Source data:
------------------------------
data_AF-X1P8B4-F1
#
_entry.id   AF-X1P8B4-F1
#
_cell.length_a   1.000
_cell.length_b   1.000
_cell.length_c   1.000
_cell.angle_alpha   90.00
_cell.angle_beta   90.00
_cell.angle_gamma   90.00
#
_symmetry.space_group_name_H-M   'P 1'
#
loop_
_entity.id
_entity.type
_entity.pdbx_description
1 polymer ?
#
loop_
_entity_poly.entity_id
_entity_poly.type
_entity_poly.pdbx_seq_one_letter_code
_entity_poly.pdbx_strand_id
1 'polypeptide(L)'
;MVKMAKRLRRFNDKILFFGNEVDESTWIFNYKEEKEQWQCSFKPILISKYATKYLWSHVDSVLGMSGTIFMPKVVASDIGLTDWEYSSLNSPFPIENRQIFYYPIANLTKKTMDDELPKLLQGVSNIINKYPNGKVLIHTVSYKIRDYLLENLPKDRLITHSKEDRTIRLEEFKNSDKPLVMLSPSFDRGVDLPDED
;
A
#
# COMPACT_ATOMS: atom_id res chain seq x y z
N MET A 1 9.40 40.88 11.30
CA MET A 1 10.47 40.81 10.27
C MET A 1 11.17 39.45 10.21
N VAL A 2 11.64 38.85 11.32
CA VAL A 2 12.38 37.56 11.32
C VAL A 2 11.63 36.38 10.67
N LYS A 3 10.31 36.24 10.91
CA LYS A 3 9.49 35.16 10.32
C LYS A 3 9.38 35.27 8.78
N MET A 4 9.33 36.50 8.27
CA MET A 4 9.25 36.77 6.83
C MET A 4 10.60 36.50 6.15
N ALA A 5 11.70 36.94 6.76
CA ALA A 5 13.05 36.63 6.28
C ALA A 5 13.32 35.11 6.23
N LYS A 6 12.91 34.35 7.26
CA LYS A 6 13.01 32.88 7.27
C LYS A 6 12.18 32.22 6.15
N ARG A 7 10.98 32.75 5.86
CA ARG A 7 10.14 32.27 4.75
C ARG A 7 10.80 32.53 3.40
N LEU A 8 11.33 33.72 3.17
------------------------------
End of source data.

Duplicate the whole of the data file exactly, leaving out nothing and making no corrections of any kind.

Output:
data_AF-X1P8B4-F1
#
_entry.id   AF-X1P8B4-F1
#
_cell.length_a   1.000
_cell.length_b   1.000
_cell.length_c   1.000
_cell.angle_alpha   90.00
_cell.angle_beta   90.00
_cell.angle_gamma   90.00
#
_symmetry.space_group_name_H-M   'P 1'
#
loop_
_entity.id
_entity.type
_entity.pdbx_description
1 polymer ?
#
loop_
_entity_poly.entity_id
_entity_poly.type
_entity_poly.pdbx_seq_one_letter_code
_entity_poly.pdbx_strand_id
1 'polypeptide(L)'
;MVKMAKRLRRFNDKILFFGNEVDESTWIFNYKEEKEQWQCSFKPILISKYATKYLWSHVDSVLGMSGTIFMPKVVASDIGLTDWEYSSLNSPFPIENRQIFYYPIANLTKKTMDDELPKLLQGVSNIINKYPNGKVLIHTVSYKIRDYLLENLPKDRLITHSKEDRTIRLEEFKNSDKPLVMLSPSFDRGVDLPDED
;
A
#
# COMPACT_ATOMS: atom_id res chain seq x y z
N MET A 1 9.40 40.88 11.30
CA MET A 1 10.47 40.81 10.27
C MET A 1 11.17 39.45 10.21
N VAL A 2 11.64 38.85 11.32
CA VAL A 2 12.38 37.56 11.32
C VAL A 2 11.63 36.38 10.67
N LYS A 3 10.31 36.24 10.91
CA LYS A 3 9.49 35.16 10.32
C LYS A 3 9.38 35.27 8.78
N MET A 4 9.33 36.50 8.27
CA MET A 4 9.25 36.77 6.83
C MET A 4 10.60 36.50 6.15
N ALA A 5 11.70 36.94 6.76
CA ALA A 5 13.05 36.63 6.28
C ALA A 5 13.32 35.11 6.23
N LYS A 6 12.91 34.35 7.26
CA LYS A 6 13.01 32.88 7.27
C LYS A 6 12.18 32.22 6.15
N ARG A 7 10.98 32.75 5.86
CA ARG A 7 10.14 32.27 4.75
C ARG A 7 10.80 32.53 3.40
N LEU A 8 11.33 33.72 3.17